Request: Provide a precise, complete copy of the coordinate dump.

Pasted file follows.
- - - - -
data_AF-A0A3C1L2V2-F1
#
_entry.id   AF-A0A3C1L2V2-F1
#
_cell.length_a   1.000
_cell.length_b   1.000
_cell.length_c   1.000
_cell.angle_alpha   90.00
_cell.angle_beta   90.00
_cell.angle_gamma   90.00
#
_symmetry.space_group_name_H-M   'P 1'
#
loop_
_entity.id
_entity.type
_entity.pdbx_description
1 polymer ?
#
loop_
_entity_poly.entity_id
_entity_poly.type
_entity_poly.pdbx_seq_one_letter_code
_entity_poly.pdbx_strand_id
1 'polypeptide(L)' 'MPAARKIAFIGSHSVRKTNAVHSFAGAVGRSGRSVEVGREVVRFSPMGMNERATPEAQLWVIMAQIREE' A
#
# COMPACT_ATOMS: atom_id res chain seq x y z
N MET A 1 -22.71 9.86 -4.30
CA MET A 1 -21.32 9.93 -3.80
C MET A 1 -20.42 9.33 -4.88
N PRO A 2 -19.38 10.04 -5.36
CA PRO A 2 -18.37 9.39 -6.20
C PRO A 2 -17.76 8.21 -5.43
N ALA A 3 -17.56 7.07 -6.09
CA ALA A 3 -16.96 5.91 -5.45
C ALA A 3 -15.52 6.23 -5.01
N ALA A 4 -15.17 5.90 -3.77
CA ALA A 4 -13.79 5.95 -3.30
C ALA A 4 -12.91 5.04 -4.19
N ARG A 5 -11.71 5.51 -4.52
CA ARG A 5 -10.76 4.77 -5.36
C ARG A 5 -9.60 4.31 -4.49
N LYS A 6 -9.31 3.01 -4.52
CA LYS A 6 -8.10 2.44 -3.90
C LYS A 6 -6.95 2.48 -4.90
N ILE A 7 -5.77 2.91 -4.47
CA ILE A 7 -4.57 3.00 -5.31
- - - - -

data_AF-A0A3C1L2V2-F1
#
_entry.id   AF-A0A3C1L2V2-F1
#
_cell.length_a   1.000
_cell.length_b   1.000
_cell.length_c   1.000
_cell.angle_alpha   90.00
_cell.angle_beta   90.00
_cell.angle_gamma   90.00
#
_symmetry.space_group_name_H-M   'P 1'
#
loop_
_entity.id
_entity.type
_entity.pdbx_description
1 polymer ?
#
loop_
_entity_poly.entity_id
_entity_poly.type
_entity_poly.pdbx_seq_one_letter_code
_entity_poly.pdbx_strand_id
1 'polypeptide(L)' 'MPAARKIAFIGSHSVRKTNAVHSFAGAVGRSGRSVEVGREVVRFSPMGMNERATPEAQLWVIMAQIREE' A
#
# COMPACT_ATOMS: atom_id res chain seq x y z
N MET A 1 -22.71 9.86 -4.30
CA MET A 1 -21.32 9.93 -3.80
C MET A 1 -20.42 9.33 -4.88
N PRO A 2 -19.38 10.04 -5.36
CA PRO A 2 -18.37 9.39 -6.20
C PRO A 2 -17.76 8.21 -5.43
N ALA A 3 -17.56 7.07 -6.09
CA ALA A 3 -16.96 5.91 -5.45
C ALA A 3 -15.52 6.23 -5.01
N ALA A 4 -15.17 5.90 -3.77
CA ALA A 4 -13.79 5.95 -3.30
C ALA A 4 -12.91 5.04 -4.19
N ARG A 5 -11.71 5.51 -4.52
CA ARG A 5 -10.76 4.77 -5.36
C ARG A 5 -9.60 4.31 -4.49
N LYS A 6 -9.31 3.01 -4.52
CA LYS A 6 -8.10 2.44 -3.90
C LYS A 6 -6.95 2.48 -4.90
N ILE A 7 -5.77 2.91 -4.47
CA ILE A 7 -4.57 3.00 -5.31